by WorldTribune Staff, February 9, 2023
U.S. military vessels are quietly being blocked by pro-China elements out of some Pacific islands ports, a report said.
On Jan. 26, Vanuatu failed to issue clearance for the U.S. Coast Guard Cutter Juniper to enter Port Vila, Cleo Paskal reported for The Sunday Guardian.
The Juniper, running out of fuel and unable to continue waiting, diverted to Fiji instead.
In August, the U.S. Coast Guard Cutter Oliver Henry, which was also on a fisheries patrol, was denied entry to refuel in the Solomon Islands.
After blocking all foreign naval port visits, the Solomon Islands said it would allow in Australian and New Zealand vessels but, as of last reporting, the U.S. is still blocked (as is Japan, India, and everyone else).
“In both cases, national governments are blaming overwhelmed domestic bureaucracies. However, that rings hollow, given: The high-profile nature of the incidents. The subsequent lack of effort to correct the issue (indeed doubling down in the case of Solomons). The fact these patrols are for something all the countries in the region say they want (help with illegal fishing),” Paskal reports.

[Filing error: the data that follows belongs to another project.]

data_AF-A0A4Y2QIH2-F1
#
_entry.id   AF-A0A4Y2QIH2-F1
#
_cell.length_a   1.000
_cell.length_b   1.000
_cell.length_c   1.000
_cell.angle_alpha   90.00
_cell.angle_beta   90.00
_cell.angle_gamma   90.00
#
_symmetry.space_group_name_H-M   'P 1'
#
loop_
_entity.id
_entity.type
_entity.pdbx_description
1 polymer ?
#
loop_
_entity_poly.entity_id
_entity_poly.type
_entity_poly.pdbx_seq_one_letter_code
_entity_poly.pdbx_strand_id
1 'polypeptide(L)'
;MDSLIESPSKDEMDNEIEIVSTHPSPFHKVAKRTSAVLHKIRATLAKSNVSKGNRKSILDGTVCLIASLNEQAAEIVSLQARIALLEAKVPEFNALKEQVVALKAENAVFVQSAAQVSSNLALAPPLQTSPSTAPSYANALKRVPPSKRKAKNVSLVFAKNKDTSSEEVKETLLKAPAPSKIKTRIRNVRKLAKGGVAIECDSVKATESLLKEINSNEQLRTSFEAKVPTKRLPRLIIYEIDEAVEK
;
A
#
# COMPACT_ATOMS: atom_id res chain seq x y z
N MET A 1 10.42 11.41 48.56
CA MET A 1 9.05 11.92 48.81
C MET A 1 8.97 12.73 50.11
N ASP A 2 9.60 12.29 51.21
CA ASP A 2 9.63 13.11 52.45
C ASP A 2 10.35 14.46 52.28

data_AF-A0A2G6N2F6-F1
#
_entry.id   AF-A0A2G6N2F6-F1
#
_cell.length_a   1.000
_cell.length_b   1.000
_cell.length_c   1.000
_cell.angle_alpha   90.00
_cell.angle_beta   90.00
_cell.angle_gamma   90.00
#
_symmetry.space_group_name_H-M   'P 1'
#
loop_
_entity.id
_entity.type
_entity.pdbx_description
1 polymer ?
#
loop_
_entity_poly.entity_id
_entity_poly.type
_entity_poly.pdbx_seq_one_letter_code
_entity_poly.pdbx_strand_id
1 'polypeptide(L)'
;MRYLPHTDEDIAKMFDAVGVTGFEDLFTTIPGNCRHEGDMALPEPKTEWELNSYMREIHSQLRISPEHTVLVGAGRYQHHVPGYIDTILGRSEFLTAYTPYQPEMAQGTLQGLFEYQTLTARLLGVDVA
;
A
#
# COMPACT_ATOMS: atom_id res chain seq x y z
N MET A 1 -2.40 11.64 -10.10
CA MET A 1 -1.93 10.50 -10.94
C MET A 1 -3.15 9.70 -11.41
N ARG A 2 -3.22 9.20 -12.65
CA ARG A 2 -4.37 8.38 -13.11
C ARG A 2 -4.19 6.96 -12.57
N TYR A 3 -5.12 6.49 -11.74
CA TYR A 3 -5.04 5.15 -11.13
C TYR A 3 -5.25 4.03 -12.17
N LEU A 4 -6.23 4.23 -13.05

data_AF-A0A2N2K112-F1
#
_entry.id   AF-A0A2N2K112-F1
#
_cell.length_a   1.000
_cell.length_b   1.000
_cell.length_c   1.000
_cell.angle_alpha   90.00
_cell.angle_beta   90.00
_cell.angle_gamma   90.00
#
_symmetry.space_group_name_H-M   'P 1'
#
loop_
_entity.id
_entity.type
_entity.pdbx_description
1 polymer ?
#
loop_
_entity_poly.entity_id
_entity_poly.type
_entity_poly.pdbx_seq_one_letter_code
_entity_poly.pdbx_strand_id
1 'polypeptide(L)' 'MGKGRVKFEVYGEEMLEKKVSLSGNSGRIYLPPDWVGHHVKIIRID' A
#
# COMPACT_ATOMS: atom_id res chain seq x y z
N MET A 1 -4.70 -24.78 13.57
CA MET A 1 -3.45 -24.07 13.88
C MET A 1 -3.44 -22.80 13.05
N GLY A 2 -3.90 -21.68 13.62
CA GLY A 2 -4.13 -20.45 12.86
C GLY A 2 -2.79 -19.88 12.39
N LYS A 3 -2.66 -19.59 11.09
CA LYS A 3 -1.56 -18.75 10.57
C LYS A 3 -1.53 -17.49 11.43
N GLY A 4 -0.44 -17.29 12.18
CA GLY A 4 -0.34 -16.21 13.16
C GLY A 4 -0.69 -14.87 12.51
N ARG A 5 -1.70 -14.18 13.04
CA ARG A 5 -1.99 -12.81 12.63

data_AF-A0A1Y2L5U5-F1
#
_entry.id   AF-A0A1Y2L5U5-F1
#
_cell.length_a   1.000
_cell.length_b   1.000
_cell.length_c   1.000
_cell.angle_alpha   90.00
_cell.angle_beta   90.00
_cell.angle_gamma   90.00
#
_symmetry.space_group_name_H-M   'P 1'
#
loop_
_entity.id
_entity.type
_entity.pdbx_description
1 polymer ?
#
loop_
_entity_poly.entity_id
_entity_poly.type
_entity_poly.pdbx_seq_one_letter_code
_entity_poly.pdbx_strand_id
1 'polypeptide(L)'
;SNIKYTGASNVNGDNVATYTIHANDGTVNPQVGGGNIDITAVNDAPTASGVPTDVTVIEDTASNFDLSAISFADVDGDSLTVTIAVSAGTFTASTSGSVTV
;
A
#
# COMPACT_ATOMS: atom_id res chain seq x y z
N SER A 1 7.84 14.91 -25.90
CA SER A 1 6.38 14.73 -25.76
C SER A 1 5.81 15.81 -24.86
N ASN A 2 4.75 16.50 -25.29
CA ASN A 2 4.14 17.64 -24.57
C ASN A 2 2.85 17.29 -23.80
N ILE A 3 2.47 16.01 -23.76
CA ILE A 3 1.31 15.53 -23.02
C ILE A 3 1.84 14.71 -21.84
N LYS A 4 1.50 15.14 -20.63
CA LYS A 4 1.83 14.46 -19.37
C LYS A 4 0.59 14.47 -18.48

“Additionally, both countries seem to have strong pro-PRC elements, with Solomon Islands having signed a security agreement with China, and possibly Vanuatu did as well.”
Meanwhile, Paskal added that “lack of refueling ports is stretching the U.S.’s thin naval capabilities even further, and allowing illegal Chinese fishing fleets even greater unrestricted access to the stocks of undefended nations. Not to mention PRC political warfare gains that can translate into positioning advantages in advance of kinetic activity.”
“Perhaps not coincidentally, Solomons is also home to the Pacific Islands Forum Fisheries Agency. PRC political warfare predictably targets and tries to weaken regional organizations that create cohesion and threaten its interests,” Paskal wrote.
Action . . . . Intelligence . . . . Publish
You must be logged in to post a comment Login